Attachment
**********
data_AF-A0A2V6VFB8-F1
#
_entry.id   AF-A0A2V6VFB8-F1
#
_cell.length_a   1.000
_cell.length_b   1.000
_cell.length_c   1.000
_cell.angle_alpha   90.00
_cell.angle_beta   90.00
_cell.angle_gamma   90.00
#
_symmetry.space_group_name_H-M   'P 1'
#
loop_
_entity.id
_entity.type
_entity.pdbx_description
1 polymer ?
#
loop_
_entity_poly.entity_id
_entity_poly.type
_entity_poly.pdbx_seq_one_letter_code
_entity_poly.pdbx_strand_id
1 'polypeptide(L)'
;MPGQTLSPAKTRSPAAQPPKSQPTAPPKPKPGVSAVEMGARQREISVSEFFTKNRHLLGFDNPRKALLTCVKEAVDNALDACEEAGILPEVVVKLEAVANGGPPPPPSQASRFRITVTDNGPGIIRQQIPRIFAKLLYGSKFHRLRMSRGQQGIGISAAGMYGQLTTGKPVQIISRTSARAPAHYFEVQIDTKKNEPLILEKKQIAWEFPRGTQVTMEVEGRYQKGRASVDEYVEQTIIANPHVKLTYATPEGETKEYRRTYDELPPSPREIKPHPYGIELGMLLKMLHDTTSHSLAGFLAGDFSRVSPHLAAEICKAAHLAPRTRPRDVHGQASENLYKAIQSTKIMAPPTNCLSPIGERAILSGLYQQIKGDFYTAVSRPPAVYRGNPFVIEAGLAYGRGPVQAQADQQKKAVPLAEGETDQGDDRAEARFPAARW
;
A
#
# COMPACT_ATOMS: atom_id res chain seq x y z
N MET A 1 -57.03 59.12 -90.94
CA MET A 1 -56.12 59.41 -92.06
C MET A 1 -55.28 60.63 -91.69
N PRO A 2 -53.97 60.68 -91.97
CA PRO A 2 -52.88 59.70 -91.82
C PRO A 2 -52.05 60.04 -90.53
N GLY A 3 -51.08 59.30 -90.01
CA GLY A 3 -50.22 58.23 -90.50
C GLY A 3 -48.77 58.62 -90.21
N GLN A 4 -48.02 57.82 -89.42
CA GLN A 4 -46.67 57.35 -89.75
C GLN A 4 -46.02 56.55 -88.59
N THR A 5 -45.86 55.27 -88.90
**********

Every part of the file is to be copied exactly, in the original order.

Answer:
data_AF-A0A2V6VFB8-F1
#
_entry.id   AF-A0A2V6VFB8-F1
#
_cell.length_a   1.000
_cell.length_b   1.000
_cell.length_c   1.000
_cell.angle_alpha   90.00
_cell.angle_beta   90.00
_cell.angle_gamma   90.00
#
_symmetry.space_group_name_H-M   'P 1'
#
loop_
_entity.id
_entity.type
_entity.pdbx_description
1 polymer ?
#
loop_
_entity_poly.entity_id
_entity_poly.type
_entity_poly.pdbx_seq_one_letter_code
_entity_poly.pdbx_strand_id
1 'polypeptide(L)'
;MPGQTLSPAKTRSPAAQPPKSQPTAPPKPKPGVSAVEMGARQREISVSEFFTKNRHLLGFDNPRKALLTCVKEAVDNALDACEEAGILPEVVVKLEAVANGGPPPPPSQASRFRITVTDNGPGIIRQQIPRIFAKLLYGSKFHRLRMSRGQQGIGISAAGMYGQLTTGKPVQIISRTSARAPAHYFEVQIDTKKNEPLILEKKQIAWEFPRGTQVTMEVEGRYQKGRASVDEYVEQTIIANPHVKLTYATPEGETKEYRRTYDELPPSPREIKPHPYGIELGMLLKMLHDTTSHSLAGFLAGDFSRVSPHLAAEICKAAHLAPRTRPRDVHGQASENLYKAIQSTKIMAPPTNCLSPIGERAILSGLYQQIKGDFYTAVSRPPAVYRGNPFVIEAGLAYGRGPVQAQADQQKKAVPLAEGETDQGDDRAEARFPAARW
;
A
#
# COMPACT_ATOMS: atom_id res chain seq x y z
N MET A 1 -57.03 59.12 -90.94
CA MET A 1 -56.12 59.41 -92.06
C MET A 1 -55.28 60.63 -91.69
N PRO A 2 -53.97 60.68 -91.97
CA PRO A 2 -52.88 59.70 -91.82
C PRO A 2 -52.05 60.04 -90.53
N GLY A 3 -51.08 59.30 -90.01
CA GLY A 3 -50.22 58.23 -90.50
C GLY A 3 -48.77 58.62 -90.21
N GLN A 4 -48.02 57.82 -89.42
CA GLN A 4 -46.67 57.35 -89.75
C GLN A 4 -46.02 56.55 -88.59
N THR A 5 -45.86 55.27 -88.90